Aquarium Heaters Buying Guide
An aquarium heater is a must for any fish owner with a tropical aquatic pet, any other fish species that require warmer temperature, those whose fish tanks are placed in rooms/locations that tend to be colder, and pet owners who live in areas that experience harsh winters.
However, the actual purchasing process can be quite difficult and confusing. Being overwhelmed by the wide variety of products on offer, being ill-informed about the different types of heaters and their specific usages, being unaware of factors such as size, heater placement, installation, and maintenance – these are all problems that can steer you toward making the wrong decision, and ending up with an inferior-quality and/or unsuitable aquarium heater. But what is the best aquarium heater? What features does it need? Are all aquarium heaters submersible? Let’s see.
To aid you in the process, we have compiled a useful buying guide for aquarium heaters, to help you breeze through the selection process and ensure that you are well-informed on all aspects of purchasing a fish tank heater. After you’ve been through our guide, you’ll be able to make the right decision and select a top-quality fish aquarium heater that is perfectly suited to your requirements and the needs of your fish.
Benefits Of Aquarium Heater
If you are wondering “do I need a heater for my fish tank”, this is your answer. Fish may seem like they don’t need much and that’s partially true – unlike more high maintenance pets like dogs and cats, there’s no walks to be taken, no litter to be scooped, and no coat to be brushed.
However, fish do require special, specific types of care, the negligence of which could have fatal consequences. One of the key factors you need to take into account for the health and comfort of your pet is temperature, and the key benefit of an aquarium heater is that it helps fish owners regulate the temperature in an aquarium.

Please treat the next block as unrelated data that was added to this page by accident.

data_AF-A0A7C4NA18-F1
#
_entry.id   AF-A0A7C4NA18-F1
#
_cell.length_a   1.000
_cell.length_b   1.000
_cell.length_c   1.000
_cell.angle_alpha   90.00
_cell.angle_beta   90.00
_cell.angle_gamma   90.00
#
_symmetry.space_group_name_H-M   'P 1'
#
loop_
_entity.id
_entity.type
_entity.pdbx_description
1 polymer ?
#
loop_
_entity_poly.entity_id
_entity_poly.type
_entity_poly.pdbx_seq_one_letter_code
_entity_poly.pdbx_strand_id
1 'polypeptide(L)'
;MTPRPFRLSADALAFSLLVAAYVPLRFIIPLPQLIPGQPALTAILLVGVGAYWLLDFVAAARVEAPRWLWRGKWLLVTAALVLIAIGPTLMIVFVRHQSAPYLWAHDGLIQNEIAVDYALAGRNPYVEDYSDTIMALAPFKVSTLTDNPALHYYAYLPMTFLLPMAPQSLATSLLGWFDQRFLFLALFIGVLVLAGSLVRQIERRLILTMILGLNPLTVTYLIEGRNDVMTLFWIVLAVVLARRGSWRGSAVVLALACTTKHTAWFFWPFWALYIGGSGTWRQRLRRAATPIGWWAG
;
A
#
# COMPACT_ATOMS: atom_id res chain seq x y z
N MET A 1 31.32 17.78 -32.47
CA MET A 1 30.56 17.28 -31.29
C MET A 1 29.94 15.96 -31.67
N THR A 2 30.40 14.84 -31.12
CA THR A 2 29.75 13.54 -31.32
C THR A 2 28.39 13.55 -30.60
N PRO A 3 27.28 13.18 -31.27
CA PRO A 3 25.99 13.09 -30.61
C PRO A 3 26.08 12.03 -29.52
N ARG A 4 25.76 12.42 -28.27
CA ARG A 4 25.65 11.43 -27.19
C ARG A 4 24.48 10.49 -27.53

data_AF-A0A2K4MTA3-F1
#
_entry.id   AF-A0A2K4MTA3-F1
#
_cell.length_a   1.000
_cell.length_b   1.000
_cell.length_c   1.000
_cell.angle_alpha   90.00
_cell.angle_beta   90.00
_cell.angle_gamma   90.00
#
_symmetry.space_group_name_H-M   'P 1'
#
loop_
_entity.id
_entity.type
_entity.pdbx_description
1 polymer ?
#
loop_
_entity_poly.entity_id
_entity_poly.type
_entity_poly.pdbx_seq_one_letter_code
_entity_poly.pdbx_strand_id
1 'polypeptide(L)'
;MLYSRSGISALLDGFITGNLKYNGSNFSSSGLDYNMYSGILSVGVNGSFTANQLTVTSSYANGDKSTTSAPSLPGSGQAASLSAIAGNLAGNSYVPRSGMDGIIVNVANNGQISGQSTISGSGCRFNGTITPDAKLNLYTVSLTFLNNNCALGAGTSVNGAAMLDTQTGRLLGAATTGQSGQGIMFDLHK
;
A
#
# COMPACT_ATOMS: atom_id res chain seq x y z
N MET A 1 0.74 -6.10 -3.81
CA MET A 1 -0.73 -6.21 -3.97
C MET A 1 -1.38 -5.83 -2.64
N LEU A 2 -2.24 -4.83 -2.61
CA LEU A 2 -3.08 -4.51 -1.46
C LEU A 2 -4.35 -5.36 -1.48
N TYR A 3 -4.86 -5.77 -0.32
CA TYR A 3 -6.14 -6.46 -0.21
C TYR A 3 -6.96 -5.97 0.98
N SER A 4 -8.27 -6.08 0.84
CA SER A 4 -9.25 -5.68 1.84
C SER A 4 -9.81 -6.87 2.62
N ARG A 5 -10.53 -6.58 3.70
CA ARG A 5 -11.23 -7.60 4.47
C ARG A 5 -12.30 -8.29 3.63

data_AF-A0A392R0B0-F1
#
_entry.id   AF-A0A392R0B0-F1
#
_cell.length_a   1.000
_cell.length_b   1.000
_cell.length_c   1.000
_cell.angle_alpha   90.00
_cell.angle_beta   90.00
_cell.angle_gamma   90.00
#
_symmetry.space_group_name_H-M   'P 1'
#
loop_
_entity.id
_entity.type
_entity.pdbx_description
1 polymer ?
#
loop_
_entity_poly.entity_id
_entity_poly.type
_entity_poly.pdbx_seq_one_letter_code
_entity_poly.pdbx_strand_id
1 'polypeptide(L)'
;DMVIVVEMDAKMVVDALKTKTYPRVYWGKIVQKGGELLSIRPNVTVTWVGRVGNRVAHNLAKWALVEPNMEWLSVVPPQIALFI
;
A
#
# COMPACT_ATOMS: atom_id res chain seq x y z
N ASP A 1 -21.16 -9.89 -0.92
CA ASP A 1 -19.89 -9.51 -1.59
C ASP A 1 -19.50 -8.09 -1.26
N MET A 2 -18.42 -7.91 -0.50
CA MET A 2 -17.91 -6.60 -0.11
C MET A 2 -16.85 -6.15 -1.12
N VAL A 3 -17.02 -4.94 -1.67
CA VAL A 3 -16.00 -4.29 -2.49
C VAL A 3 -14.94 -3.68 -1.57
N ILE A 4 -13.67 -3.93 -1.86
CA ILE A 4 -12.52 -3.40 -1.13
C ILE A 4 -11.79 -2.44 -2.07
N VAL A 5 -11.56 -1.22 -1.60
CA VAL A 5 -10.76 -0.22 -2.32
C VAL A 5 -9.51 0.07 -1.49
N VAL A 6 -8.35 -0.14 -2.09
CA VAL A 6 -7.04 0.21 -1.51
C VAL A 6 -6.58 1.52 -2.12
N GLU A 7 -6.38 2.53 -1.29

Fish are poikilothermic, or cold-blooded, which means they do not produce their own body heat and their internal/body temperature changes according to the temperature of their surroundings. They are sensitive to the environment and need a specific external temperature in order to be able to survive in fish tanks.
The temperature fish require depends on their species too – bettas, and other types of tropical fish, for example, need warmer water temperatures in order to survive. While some fish are able to survive in room temperature water, there is no guarantee that the water will remain at that temperature, especially if you live in an area that experiences harsh winters. This is why an aquarium heater is not only beneficial but necessary for all fish owners, regardless of the species of the fish.
Aquarium Heater Size Calculator & Guide
Aquarium heaters come in a wide range of sizes, and determining the right size for your aquarium is a crucial step of the decision-making process. It may seem like a daunting task involving complicated calculation, but we’ve broken it down for you and compiled a simplified aquarium heater size guide and an aquarium heater size calculator.
Basically, calculating the correct heater size for your aquarium requires two simple points of information – the temperature of the room in which your aquarium is placed, and the volume of water in your tank, i.e. tank capacity.
First, to determine the aquarium heater wattage you require, use your aquarium’s capacity/volume – calculate 2.5 to 5 Watts per gallon of actual water volume in your fish tank. For example, a 10-gallon tank will require a heater size of 25 Watts.
Next, determine the amount of heating you need – this can be calculated by subtracting the average temperature of the room in which the aquarium is placed from the temperature you want your aquarium water to be. For example, if the average temperature in the room the aquarium is located in is 62 degrees Fahrenheit, and you need the water in the tank to be at a temperature of 79 degrees Fahrenheit, the amount of heating you require is 15 degrees Fahrenheit.